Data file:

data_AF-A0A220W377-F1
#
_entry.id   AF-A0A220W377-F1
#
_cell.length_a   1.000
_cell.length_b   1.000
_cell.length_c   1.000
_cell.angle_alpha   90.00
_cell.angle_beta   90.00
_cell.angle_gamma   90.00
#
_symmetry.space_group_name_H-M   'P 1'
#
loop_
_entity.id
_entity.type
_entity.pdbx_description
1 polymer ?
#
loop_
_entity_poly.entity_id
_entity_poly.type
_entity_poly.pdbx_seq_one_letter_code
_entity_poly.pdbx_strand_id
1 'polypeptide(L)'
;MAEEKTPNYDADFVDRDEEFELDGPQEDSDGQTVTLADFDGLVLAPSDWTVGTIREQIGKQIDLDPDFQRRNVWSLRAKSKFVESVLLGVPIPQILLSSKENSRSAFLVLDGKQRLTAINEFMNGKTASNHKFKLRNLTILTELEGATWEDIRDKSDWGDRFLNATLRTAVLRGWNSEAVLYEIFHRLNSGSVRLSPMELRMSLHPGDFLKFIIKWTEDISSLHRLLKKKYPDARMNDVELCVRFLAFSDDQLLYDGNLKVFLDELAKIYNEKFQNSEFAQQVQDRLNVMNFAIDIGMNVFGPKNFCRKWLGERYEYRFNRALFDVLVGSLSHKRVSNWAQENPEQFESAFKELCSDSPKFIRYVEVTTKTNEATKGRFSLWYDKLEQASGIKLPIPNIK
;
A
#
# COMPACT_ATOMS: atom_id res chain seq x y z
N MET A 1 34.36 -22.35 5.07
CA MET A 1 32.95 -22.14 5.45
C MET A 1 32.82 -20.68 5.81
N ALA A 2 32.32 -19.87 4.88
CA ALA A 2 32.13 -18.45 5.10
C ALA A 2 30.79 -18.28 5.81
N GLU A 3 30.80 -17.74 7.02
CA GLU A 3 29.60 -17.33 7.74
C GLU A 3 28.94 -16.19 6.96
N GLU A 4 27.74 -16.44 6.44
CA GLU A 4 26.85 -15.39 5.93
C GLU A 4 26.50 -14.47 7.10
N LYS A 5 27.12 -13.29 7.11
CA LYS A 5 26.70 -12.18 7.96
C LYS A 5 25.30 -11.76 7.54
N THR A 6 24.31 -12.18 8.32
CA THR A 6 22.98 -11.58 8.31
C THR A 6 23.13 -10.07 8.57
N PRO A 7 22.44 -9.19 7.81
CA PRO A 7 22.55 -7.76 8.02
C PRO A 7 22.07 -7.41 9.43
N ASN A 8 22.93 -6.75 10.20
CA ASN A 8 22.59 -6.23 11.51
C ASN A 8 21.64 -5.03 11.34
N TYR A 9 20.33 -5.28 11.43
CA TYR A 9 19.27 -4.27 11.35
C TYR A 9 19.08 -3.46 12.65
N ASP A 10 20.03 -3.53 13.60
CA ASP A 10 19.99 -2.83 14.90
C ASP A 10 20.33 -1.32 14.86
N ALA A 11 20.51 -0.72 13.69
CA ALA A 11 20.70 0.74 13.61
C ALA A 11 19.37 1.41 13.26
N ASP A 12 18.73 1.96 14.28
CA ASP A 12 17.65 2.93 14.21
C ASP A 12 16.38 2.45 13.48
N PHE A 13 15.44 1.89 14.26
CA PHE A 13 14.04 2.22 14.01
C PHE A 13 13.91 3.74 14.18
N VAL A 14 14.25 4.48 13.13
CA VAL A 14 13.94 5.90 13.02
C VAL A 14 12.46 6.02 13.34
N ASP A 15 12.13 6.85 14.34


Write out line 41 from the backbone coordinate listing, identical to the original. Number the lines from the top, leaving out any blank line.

CA GLU A 4 26.85 -15.39 5.93